SINGAPORE - The Community Care (ComCare) Endowment Fund will get a top-up of $300 million to help low-income families cope with high inflation.
In his Budget speech on Tuesday, Deputy Prime Minister and Finance Minister Lawrence Wong said the top-up will ensure that the key national social assistance scheme ComCare, which helps needy individuals and families, continues to stay funded.
Additional support will also be given to low-income families to help them achieve stability, self-reliance and social mobility.
Specifically, social service officers will be the common touchpoints to deliver support schemes from different government programmes. More details will be announced during the debate on the Ministry of Social and Family Development’s budget plans.
“We know that the issues that lower-income individuals and families face are complex and multifaceted. We therefore need a family-centric approach to provide these families with holistic and comprehensive support, and help them make lasting changes in their lives,” Mr Wong said.
This integrated effort will build on the one-stop-shop programme ComLink, rolled out nationwide over the past year to serve 14,000 families with children living in rental housing.
Under ComLink, volunteer befrienders support the families by working closely with social service officers, who coordinate family interventions as well as access to social programmes.
Singapore is making progress as income inequality has been steadily declining following the roll-out of the Workfare Income Supplement, Progressive Wage Model and Silver Support Scheme.
But helping lower-wage workers get better income is just one part of the equation, Mr Wong said. “Beyond inequality, we must also sustain social mobility across generations.”
He noted that more must be done to close the early gaps in children’s lives.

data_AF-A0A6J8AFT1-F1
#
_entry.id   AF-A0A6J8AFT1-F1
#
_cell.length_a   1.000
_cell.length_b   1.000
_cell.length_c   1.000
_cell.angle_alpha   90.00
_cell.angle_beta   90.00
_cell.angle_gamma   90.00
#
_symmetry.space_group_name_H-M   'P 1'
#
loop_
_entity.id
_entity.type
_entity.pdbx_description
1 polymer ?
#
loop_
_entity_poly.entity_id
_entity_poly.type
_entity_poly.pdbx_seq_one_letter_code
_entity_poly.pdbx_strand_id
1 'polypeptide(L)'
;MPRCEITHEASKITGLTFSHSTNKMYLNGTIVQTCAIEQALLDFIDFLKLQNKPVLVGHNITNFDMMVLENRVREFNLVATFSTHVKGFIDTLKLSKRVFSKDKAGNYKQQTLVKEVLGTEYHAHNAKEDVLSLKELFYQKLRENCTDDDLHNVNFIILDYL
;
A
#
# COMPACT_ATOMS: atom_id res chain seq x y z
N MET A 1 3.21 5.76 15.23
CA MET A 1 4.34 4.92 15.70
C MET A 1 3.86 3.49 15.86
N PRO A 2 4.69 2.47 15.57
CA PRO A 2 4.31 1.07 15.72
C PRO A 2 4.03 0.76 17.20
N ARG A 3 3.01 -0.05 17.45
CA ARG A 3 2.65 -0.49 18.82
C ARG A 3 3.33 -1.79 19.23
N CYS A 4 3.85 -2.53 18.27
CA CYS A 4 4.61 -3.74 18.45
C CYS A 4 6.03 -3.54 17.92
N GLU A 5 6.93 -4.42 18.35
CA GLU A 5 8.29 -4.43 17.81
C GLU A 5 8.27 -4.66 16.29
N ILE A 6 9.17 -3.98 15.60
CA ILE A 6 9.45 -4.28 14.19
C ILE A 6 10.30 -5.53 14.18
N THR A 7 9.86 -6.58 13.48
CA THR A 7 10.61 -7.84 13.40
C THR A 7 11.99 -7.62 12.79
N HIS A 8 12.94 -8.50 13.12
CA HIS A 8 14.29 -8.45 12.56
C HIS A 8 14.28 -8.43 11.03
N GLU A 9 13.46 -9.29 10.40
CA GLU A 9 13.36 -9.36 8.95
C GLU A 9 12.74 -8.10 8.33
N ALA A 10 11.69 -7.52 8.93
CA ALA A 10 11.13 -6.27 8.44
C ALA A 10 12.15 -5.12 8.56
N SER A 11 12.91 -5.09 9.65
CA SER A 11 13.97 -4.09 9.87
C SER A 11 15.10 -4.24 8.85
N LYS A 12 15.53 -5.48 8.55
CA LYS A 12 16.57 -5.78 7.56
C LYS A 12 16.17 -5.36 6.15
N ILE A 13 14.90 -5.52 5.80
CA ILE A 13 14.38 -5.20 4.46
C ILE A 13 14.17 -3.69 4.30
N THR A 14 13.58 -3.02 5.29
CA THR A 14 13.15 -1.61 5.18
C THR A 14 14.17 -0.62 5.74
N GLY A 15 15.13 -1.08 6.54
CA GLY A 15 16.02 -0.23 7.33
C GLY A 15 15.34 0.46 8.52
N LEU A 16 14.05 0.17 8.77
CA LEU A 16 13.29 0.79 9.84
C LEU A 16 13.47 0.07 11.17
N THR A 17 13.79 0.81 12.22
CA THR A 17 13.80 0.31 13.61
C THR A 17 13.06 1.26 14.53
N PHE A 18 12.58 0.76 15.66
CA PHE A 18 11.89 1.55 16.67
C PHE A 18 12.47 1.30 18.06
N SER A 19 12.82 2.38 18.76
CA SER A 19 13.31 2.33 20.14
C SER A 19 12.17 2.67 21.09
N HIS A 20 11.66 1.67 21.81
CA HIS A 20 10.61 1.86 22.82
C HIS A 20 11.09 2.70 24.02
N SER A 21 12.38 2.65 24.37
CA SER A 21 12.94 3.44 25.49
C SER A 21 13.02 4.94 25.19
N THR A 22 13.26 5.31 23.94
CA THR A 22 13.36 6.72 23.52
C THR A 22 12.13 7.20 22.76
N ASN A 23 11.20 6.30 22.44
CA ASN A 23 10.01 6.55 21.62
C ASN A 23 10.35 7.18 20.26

Specifically, the programme KidStart, which assists in the development of children from low-income families up to age six, will be expanded nationwide. The scale-up is expected to support 80 per cent of eligible children in lower-income families, starting with children born in 2023.
“There are early indications that children in the programme had better pre-school attendance than their peers of similar socio-economic backgrounds,” he said.
“Parents and caregivers on the programme also said they were better supported in their parenting journey.”
Mr Wong noted that the Government has made significant investments in the early childhood sector, with spending growing six times from $320 million in 2013 to about $1.9 billion in 2022.
Lower-income families pay as little as $3 a month for full-day childcare in an anchor-operated pre-school, he said.
Anchor operators include PCF Sparkletots, My First Skool and MY World Preschool.
These investments have had an impact, with the pre-school enrolment rate of children aged five to six residing in public rental flats now comparable with the national average.
But for children aged three to four residing in public rental flats, the pre-school enrolment rate is 80 per cent, lower than the national average of about 88 per cent, said Mr Wong.
He said the Government will work with anchor operators over the next two years to create 22,000 more full-day childcare places and expand the number of Ministry of Education kindergartens, which will support higher pre-school participation rates across the board, especially among lower-income families.
Mr Wong added that charities, social service agencies and community organisations play critical roles in looking after the vulnerable and mobilising Singaporeans to support those who are in greater need.
The Government has also completed a review of social service sector salary benchmarks, and will work with the social service agencies to raise salaries to better attract and retain talent in the sector.
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